# Iterating over a 2D matrix

2D matrices are very common in my domain (robotics).

We use them to represent images, gridmaps/costmaps, etc.

Recently, I realized that one of our algorithms dealing with costmaps was quite slow,
and I profiled it using **Hotspot**.

I realized that one of the bottlenecks was a function that combined together two costmaps to create a third one. The function looked qualitatively like this:

```
// this is over simplified code, do not argue about it with me
for( size_t y = y_min; y < y_max; y++ )
{
for( size_t x = x_min; x < x_max; x++ )
{
matrix_out( x,y ) = std::max( mat_a( x,y ), mat_b( x,y ) );
}
}
```

Pretty straightforward, right? Elegantly written, as it should be. But since my measurements revealed that it was using too much CPU, I decided to follow the white rabbit inside the optimization hole.

## How do you write a good 2D matrix in C++?

Have you ever written code like this?

```
// My computer science professor did it like this
float** matrix = (float**) malloc( rows_count * sizeof(float*) );
for(int r=0; r<rows_count; r++)
{
matrix[r] = (float*) malloc( columns_count * sizeof(float) );
}
// access an element of the matrix like this:
matrix[row][col] = 42;
```

Then you are grounded. The best you can do with this code is to take it to Mount Doom in Mordor and throw it inside the volcano.

First of all, use Eigen. It is a wonderful library, that is performant and has a beautiful API.

Secondary, just **for didactic purposes**, this is the way you should implement an efficient matrix (but don't, use Eigen, seriously). It is relevant to show it here, because this is the approach that everybody follows, including Eigen.

```
template <typename T> class Matrix2D
{
public:
Matrix2D(size_t rows, size_t columns): _num_rows(rows)
{
_data.resize( rows * columns );
}
size_t rows() const
{
return _num_rows;
}
T& operator()(size_t row, size_t col)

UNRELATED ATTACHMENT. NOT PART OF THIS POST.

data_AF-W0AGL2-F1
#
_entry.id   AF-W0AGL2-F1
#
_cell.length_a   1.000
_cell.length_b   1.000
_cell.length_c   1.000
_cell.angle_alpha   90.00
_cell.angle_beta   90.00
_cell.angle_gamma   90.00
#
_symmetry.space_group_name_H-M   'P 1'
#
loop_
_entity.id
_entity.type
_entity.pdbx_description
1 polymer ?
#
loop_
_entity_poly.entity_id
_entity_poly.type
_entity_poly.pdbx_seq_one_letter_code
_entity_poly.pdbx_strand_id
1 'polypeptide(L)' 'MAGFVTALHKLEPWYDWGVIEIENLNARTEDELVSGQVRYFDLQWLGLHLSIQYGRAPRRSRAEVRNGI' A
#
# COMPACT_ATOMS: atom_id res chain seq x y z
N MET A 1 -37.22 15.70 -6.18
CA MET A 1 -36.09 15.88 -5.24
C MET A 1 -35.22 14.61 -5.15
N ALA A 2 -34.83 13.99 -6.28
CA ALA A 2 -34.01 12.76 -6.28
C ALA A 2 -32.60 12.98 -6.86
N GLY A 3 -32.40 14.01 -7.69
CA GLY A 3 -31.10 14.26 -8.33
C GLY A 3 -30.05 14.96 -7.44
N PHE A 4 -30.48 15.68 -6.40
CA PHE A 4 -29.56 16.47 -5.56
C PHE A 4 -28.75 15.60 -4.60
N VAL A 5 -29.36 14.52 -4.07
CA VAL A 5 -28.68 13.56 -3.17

{
size_t index = col*_num_rows + row;
return _data[index];
}
T& operator[](size_t index)
{
return _data[index];
}
// all the other methods omitted
private:
std::vector<T> _data;
size_t _num_rows;
};
// access an element of the matrix like this:
matrix(row, col) = 42;
```

This is the most cache-friendly way to build a matrix, with a single memory allocation and the data stored in a way known as column-wise.

To convert a row/column pair into an index in the vector, we need a single multiplication and addition.

## Back to my problem

Do you remember the code we wrote at the beginning?

We have a number of iterations that is equal to `(x_max-x_min)*(y_max-y_min)`

.

Often, that it is a lot of pixels/cells.

In each iteration, we calculate the index 3 times using the formula:

```
size_t index = col*_num_rows + row;
```

Holy moly, that is a lot of multiplications!

It turned out that it was worth rewriting the code like this:

```
// calculating the index "by hand"
for(size_t y = y_min; y < y_max; y++)
{
size_t offset_out = y * matrix_out.rows();
size_t offset_a = y * mat_a.rows();
size_t offset_b = y * mat_b.rows();
for(size_t x = x_min; x < x_max; x++)
{
size_t index_out = offset_out + x;
size_t index_a = offset_a + x;
size_t index_b = offset_b + x;
matrix_out( index_out ) = std::max( mat_a( index_a ), mat_b( index_b ) );
}
}
```

So, I know what you are thinking, **my eyes are hurting too**. It is ugly. But the performance boost was too much to ignore.

That is not surprising, considering that the number of multiplications is dramatically reduced by a factor `(x_max-x_min)*3`

.